My first full on Europe trip was earlier this year!
While I have been to most of the continents and several “exotic” countries throughout the last few years of my travels, out of Europe I have only been to Italy. If you let me count layover trips, then I can add London and Dublin to the list too. (Read about my Italy travels in Venice, Cinque Terre and Rome – Cinque Terre is love).
The route for this trip was travelling through Berlin, Krakow, Prague, Vienna, and Budapest by train. This was to save on costs and time through the use of overnight sleeper trains. We had about 2 to 3 days per city which we found was enough for an initial visit. On the way back to Toronto, we also got to stop in Lisbon for layover.
The main highlight of Berlin for me was learning about the Berlin Wall.
I’ll have to admit that I am quite unknowledgeable with worldly events, both past and current – definitely something to work on. So while I knew of the Berlin Wall and of course Germany’s involvement in the World Wars, I did not know that the Berlin Wall was still standing in my lifetime. (Constructed 1961, Fell in 1989, Deconstructed 1991. Whitney born 1990.) I was shocked to learn that the wall was such recent history, and how it had divided the city and its people for nearly 30 years. A big thank you to Kevin’s amassed knowledge on war related history, and his patience to teach me as we visited museums and monuments.
If you’re also interested in learning about Berlin Wall, these are some great options.
Berlin Wall Memorial (Free): This memorial is situated where the former border strip once was – a section of the wall is preserved in the grounds too. The memorial is designed to walk you through the history of the wall over time, highlighting specific events of importance and also sharing accounts from locals interviewed during the time.
DDR Museum (5-10 EUR): Not to be confused with Dance Dance Revolution, it actually stands for Deutsche Demokratische Republik. This museum gives an unique immersive experience of the everyday life in former East Germany. It covers all topics from work, to play, to home in an interactive manner.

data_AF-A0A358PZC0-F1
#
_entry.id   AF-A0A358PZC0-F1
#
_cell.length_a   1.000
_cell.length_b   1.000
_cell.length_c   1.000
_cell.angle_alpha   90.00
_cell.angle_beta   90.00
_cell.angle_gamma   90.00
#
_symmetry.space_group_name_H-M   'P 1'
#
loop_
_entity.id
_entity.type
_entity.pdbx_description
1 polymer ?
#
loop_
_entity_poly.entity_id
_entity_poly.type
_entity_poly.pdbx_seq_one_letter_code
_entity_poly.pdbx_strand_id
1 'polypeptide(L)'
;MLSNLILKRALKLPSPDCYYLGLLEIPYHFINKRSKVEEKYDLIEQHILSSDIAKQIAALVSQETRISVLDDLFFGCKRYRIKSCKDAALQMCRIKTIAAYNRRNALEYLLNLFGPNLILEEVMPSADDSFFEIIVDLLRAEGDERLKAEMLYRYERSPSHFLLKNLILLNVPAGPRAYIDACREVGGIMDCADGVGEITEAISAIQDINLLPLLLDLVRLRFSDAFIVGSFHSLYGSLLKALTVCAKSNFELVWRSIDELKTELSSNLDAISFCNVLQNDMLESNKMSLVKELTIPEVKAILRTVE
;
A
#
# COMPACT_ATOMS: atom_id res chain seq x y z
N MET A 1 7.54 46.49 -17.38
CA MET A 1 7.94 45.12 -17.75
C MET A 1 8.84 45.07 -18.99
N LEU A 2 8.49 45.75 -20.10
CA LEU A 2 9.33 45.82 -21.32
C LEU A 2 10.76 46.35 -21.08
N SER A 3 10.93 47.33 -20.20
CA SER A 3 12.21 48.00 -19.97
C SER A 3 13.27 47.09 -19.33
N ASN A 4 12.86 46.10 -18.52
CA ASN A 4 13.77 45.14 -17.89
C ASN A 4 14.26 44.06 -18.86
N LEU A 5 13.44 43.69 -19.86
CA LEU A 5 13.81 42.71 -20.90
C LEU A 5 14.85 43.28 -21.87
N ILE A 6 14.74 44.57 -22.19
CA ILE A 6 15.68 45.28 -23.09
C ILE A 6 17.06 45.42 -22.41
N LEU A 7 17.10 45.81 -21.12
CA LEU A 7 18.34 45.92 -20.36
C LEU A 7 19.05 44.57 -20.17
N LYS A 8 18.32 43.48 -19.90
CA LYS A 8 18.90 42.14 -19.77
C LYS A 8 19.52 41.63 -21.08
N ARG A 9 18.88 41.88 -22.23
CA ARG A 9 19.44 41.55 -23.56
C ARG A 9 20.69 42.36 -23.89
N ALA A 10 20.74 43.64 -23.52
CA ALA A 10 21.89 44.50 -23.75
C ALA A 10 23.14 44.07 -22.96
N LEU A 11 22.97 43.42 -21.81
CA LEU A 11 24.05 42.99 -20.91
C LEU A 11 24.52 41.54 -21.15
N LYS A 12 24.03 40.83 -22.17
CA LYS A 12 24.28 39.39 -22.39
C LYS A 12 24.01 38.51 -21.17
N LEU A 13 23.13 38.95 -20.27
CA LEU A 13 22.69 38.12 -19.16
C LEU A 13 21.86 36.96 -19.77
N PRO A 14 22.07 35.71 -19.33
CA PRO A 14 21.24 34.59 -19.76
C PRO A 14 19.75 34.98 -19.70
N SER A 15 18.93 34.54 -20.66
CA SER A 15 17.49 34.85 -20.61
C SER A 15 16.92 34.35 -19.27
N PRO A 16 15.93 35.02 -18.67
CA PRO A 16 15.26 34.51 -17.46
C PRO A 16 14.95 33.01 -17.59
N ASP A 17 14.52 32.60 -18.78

Many of the sights to see in Berlin also happen to be free and open for all hours of the day. That flexibility makes it easy to slot into your itinerary.
The Reichstag Dome (Free): Glass dome and rooftop terrace above Berlin’s parliament building offers a great view of the city. Sign up well in advance online and be sure to check your confirmation e-mails…ours got suddenly cancelled and we did not notice to re-book. They also take bookings in person but it would usually be for the next day or so.
Brandenburg Gate (Free): An 18th century neoclassical monument that was often a site for major historical events and thus is one of the best known landmarks in Germany. Today it is also a symbol of European unity and peace. Beautiful when lit up at night.
Memorial to the Murdered Jews (Free): Designed by Eisenman and Happold; meant to produce an uneasy and confusing atmosphere with its uneven columns and ground, and lack of any text or descriptions. It also hauntingly resembles a cemetery. Couldn’t bring myself to take pictures even for the ‘gram.
East Side Gallery (Free): An open-air gallery consisting of 105 murals painted by artists all over the world on the east side of the Berlin Wall remnant (1,316m long). There are many more pieces than what is usually shared in media, find your favourite mural!